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The Psychology of Pup Play

September 23, 2020 by Justin Lehmiller

“Pup play” is a form of sexual roleplay in which an adult human adopts the appearance and characteristics of a dog. This may include dressing up like a dog (wearing collars, masks, tails, body suits, etc.), adopting dog-like mannerisms (posture, barking, eating, playing, etc.), and—often—taking on a submissive role to a “handler,” or someone who plays the role of pet owner.

Very little research exists on the phenomenon of pup play, but a recent qualitative study of 30 gay and bisexual men sheds some light on it [1]. This study characterized pup play as a kink that also often has elements of non-sexual fulfillment. In other words, it is an activity that provides some level of sexual gratification for most practitioners, but it can also be a form of play, leisure, and relaxation in and of itself.

What’s the appeal of pup play? For many, it has to do with “headspace.” In other words, escaping self-awareness, letting go, and forgetting about daily life. Many participants in this study characterized pup play as an immersive experience that provides a potent distraction. In this way, it’s similar to why BDSM in general is appealing to so many people—it helps folks to shed self-awareness in a way that allows them to live in the moment.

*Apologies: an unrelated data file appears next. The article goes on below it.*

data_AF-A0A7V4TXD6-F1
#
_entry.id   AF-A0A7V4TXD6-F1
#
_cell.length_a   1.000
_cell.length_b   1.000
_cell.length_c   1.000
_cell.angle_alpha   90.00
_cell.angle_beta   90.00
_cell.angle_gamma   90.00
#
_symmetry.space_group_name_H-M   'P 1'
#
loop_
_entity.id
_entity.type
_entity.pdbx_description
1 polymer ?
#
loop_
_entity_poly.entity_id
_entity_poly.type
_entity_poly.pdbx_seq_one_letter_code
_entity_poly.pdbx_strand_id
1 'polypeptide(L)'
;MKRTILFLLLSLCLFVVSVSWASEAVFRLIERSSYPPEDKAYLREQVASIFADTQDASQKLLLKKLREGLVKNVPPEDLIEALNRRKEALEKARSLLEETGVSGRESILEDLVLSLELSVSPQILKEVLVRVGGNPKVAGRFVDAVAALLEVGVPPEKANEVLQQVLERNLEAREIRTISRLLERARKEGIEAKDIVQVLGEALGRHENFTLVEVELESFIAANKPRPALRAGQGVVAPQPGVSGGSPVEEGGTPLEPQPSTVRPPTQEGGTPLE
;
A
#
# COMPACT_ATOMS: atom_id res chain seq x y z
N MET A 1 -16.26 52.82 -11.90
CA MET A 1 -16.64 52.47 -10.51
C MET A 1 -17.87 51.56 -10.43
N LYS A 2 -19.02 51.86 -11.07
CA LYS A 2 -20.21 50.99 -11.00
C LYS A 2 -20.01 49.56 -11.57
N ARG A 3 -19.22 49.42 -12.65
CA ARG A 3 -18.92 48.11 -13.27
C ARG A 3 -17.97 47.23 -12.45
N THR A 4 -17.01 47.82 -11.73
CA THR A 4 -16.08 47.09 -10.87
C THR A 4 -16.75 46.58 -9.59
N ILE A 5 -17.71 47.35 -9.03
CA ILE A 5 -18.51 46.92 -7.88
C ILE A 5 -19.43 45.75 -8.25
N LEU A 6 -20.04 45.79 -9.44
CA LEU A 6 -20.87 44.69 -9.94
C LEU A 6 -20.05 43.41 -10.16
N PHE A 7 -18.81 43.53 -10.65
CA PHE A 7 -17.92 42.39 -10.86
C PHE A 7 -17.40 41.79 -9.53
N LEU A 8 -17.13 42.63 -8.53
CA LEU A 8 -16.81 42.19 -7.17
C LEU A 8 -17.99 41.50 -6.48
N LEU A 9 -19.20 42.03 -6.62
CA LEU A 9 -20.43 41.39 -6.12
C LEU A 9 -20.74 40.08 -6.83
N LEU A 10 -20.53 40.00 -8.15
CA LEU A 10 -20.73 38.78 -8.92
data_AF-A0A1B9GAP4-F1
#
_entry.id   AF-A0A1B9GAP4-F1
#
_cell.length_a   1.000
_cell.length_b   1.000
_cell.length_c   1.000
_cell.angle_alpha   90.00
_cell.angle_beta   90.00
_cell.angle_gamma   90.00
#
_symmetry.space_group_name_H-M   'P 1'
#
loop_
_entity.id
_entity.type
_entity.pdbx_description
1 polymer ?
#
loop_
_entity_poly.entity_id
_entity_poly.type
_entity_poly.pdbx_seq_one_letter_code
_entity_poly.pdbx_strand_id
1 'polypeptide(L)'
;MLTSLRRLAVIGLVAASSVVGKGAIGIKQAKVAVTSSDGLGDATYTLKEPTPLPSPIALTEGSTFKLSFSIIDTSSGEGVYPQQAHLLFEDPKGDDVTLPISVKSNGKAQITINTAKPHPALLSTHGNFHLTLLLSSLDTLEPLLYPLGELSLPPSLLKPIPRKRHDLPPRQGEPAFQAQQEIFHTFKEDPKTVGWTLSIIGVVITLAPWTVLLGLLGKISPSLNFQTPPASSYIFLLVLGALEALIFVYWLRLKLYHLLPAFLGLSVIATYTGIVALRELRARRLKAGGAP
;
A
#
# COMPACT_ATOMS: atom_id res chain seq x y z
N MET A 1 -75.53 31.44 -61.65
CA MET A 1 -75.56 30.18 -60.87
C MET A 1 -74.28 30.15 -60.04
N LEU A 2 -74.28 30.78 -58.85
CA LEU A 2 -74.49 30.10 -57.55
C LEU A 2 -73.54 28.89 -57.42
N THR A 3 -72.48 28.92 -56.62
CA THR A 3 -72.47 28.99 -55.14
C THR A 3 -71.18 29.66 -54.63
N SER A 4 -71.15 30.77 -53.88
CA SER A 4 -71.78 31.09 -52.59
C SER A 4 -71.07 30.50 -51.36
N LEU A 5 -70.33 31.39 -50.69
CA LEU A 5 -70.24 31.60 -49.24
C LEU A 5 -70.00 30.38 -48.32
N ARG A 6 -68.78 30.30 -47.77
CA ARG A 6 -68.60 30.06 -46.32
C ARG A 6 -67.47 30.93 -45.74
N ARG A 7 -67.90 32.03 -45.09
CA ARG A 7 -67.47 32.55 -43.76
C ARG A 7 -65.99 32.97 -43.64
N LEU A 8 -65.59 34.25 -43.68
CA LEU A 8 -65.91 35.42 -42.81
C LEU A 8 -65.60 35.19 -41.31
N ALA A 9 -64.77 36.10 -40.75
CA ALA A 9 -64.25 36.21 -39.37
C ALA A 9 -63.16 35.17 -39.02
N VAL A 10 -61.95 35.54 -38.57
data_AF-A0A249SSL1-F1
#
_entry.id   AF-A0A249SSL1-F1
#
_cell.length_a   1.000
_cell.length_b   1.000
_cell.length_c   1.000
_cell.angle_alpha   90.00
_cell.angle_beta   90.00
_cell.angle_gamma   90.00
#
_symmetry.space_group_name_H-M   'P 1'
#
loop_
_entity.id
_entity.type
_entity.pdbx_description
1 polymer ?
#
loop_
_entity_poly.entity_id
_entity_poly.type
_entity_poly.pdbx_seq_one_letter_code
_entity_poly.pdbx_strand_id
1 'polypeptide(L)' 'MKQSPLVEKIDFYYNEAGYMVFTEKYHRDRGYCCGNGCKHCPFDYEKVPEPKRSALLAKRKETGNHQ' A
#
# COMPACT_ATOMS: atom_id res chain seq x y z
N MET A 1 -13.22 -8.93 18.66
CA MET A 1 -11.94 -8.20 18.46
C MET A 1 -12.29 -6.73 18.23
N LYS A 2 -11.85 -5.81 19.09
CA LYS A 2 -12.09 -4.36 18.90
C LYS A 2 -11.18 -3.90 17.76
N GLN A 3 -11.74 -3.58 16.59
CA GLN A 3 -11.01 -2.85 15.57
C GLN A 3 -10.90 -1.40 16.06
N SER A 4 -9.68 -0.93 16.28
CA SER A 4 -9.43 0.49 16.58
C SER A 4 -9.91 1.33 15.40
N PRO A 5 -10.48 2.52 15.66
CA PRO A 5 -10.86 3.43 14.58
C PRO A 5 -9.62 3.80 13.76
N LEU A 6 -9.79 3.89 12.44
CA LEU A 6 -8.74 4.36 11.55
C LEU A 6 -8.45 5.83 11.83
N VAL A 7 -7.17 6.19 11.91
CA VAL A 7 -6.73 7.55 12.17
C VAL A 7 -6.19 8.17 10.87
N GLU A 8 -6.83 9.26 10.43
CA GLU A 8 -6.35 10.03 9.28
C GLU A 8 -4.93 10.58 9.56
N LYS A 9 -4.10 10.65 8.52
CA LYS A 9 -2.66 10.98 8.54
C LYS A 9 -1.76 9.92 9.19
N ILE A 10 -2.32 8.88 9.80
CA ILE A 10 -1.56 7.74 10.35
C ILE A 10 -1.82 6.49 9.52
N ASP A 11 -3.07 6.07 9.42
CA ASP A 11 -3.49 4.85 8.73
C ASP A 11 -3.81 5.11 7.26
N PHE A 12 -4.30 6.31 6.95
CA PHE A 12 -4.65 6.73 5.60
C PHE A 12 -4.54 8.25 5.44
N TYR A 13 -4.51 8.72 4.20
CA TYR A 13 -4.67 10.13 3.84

Incidentally, pup play does not appear to be related to zoophilia, or the desire to have sex with actual animals. In fact, in this study, not a single participant expressed zoophilic desires. Thus, it seems to be fundamentally about roleplay, not about an outlet for zoophilia, which is a common misconception.

To learn more about pup play, check out the Life of the Human Pups documentary below, which consists of interviews with several pups and handlers. It is absolutely fascinating and builds on a lot of what’s discussed in the research (sexual vs. non-sexual aspects, headspace, etc.), while also showing how some of them manage to integrate it into their daily lives and relationships. Watch the full video for more and weigh in with your comments below.

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[1] Wignall, L., & McCormack, M. (2017). An exploratory study of a new kink activity: “Pup play.” Archives of Sexual Behavior46(3), 801-811.

Image Source: 123RF/Dmitriy Tereshchenko

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Written by
Dr. Justin Lehmiller
Founder & Owner of Sex and Psychology

Dr. Justin Lehmiller is a social psychologist and Research Fellow at The Kinsey Institute. He runs the Sex and Psychology blog and podcast and is author of the popular book Tell Me What You Want. Dr. Lehmiller is an award-winning educator, and a prolific researcher who has published more than 50 academic works.

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